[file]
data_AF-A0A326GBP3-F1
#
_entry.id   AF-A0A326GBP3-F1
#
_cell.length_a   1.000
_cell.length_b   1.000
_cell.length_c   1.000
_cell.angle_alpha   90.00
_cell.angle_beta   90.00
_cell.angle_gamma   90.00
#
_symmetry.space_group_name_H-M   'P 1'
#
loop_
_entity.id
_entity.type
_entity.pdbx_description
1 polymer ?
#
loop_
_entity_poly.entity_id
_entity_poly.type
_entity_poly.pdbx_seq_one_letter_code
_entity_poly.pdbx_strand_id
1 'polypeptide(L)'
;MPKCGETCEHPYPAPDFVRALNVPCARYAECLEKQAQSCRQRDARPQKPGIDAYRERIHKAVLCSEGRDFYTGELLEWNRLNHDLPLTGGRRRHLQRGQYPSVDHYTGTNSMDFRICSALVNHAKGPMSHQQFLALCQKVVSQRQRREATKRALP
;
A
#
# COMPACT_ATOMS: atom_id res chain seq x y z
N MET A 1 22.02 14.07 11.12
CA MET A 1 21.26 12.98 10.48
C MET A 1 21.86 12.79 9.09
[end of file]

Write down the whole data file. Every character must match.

data_AF-A0A326GBP3-F1
#
_entry.id   AF-A0A326GBP3-F1
#
_cell.length_a   1.000
_cell.length_b   1.000
_cell.length_c   1.000
_cell.angle_alpha   90.00
_cell.angle_beta   90.00
_cell.angle_gamma   90.00
#
_symmetry.space_group_name_H-M   'P 1'
#
loop_
_entity.id
_entity.type
_entity.pdbx_description
1 polymer ?
#
loop_
_entity_poly.entity_id
_entity_poly.type
_entity_poly.pdbx_seq_one_letter_code
_entity_poly.pdbx_strand_id
1 'polypeptide(L)'
;MPKCGETCEHPYPAPDFVRALNVPCARYAECLEKQAQSCRQRDARPQKPGIDAYRERIHKAVLCSEGRDFYTGELLEWNRLNHDLPLTGGRRRHLQRGQYPSVDHYTGTNSMDFRICSALVNHAKGPMSHQQFLALCQKVVSQRQRREATKRALP
;
A
#
# COMPACT_ATOMS: atom_id res chain seq x y z
N MET A 1 22.02 14.07 11.12
CA MET A 1 21.26 12.98 10.48
C MET A 1 21.86 12.79 9.09